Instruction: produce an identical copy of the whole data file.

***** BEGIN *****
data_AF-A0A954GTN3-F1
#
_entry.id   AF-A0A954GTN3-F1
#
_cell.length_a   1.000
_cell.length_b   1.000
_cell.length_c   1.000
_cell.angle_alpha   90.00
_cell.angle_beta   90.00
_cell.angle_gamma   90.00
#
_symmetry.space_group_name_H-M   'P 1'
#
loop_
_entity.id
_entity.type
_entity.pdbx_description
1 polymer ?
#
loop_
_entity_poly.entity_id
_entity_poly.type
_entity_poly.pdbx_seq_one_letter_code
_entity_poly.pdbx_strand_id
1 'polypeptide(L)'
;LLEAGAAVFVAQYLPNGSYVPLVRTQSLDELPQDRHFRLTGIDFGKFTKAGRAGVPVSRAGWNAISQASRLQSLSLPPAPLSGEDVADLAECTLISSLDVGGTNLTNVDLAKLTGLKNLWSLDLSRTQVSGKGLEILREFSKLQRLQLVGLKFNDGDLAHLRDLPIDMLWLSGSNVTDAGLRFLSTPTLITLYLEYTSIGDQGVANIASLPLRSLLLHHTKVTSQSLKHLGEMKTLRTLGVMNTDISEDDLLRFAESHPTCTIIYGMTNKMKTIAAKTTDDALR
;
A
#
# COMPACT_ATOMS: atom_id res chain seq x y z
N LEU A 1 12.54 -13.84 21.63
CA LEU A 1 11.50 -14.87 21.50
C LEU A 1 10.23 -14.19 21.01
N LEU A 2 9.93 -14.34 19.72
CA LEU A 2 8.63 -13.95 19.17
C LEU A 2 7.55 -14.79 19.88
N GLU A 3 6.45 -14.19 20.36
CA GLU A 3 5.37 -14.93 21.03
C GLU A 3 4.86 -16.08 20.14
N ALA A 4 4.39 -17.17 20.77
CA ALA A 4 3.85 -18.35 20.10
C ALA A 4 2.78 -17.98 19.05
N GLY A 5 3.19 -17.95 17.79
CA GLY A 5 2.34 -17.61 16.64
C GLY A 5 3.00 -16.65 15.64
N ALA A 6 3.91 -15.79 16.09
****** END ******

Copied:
data_AF-A0A954GTN3-F1
#
_entry.id   AF-A0A954GTN3-F1
#
_cell.length_a   1.000
_cell.length_b   1.000
_cell.length_c   1.000
_cell.angle_alpha   90.00
_cell.angle_beta   90.00
_cell.angle_gamma   90.00
#
_symmetry.space_group_name_H-M   'P 1'
#
loop_
_entity.id
_entity.type
_entity.pdbx_description
1 polymer ?
#
loop_
_entity_poly.entity_id
_entity_poly.type
_entity_poly.pdbx_seq_one_letter_code
_entity_poly.pdbx_strand_id
1 'polypeptide(L)'
;LLEAGAAVFVAQYLPNGSYVPLVRTQSLDELPQDRHFRLTGIDFGKFTKAGRAGVPVSRAGWNAISQASRLQSLSLPPAPLSGEDVADLAECTLISSLDVGGTNLTNVDLAKLTGLKNLWSLDLSRTQVSGKGLEILREFSKLQRLQLVGLKFNDGDLAHLRDLPIDMLWLSGSNVTDAGLRFLSTPTLITLYLEYTSIGDQGVANIASLPLRSLLLHHTKVTSQSLKHLGEMKTLRTLGVMNTDISEDDLLRFAESHPTCTIIYGMTNKMKTIAAKTTDDALR
;
A
#
# COMPACT_ATOMS: atom_id res chain seq x y z
N LEU A 1 12.54 -13.84 21.63
CA LEU A 1 11.50 -14.87 21.50
C LEU A 1 10.23 -14.19 21.01
N LEU A 2 9.93 -14.34 19.72
CA LEU A 2 8.63 -13.95 19.17
C LEU A 2 7.55 -14.79 19.88
N GLU A 3 6.45 -14.19 20.36
CA GLU A 3 5.37 -14.93 21.03
C GLU A 3 4.86 -16.08 20.14
N ALA A 4 4.39 -17.17 20.77
CA ALA A 4 3.85 -18.35 20.10
C ALA A 4 2.78 -17.98 19.05
N GLY A 5 3.19 -17.95 17.79
CA GLY A 5 2.34 -17.61 16.64
C GLY A 5 3.00 -16.65 15.64
N ALA A 6 3.91 -15.79 16.09